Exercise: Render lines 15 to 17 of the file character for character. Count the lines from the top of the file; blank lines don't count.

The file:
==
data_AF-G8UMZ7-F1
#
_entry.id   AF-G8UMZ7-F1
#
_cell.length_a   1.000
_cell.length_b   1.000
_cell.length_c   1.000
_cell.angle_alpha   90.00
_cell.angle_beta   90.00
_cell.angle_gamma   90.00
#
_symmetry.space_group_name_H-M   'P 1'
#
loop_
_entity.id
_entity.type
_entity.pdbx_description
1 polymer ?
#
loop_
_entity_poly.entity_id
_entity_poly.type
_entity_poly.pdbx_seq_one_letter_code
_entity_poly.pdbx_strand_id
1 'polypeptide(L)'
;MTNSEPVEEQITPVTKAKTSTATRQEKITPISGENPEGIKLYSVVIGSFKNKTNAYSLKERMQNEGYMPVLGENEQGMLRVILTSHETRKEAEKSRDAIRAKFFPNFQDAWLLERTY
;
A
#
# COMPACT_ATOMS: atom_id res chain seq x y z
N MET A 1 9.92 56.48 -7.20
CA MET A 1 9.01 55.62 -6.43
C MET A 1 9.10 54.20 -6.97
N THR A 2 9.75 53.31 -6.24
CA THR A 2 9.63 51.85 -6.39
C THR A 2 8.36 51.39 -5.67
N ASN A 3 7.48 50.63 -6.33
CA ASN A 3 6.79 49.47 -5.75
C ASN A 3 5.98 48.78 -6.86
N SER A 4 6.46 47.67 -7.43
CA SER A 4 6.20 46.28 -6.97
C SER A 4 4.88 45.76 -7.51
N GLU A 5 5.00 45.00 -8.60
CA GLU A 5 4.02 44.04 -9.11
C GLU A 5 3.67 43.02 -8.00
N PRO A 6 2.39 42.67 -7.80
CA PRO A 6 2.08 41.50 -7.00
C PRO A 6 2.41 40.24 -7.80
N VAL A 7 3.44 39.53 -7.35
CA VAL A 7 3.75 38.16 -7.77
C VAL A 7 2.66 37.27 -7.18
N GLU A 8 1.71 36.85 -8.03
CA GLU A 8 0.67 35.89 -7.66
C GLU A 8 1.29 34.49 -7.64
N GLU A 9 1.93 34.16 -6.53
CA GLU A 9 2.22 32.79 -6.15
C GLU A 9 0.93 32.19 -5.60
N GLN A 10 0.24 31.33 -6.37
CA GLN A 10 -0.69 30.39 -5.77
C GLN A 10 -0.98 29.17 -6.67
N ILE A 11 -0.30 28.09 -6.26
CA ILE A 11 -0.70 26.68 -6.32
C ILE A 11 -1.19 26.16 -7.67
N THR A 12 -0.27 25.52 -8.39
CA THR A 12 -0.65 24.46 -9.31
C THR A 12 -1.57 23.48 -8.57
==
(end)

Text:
_entity.id
_entity.type
_entity.pdbx_description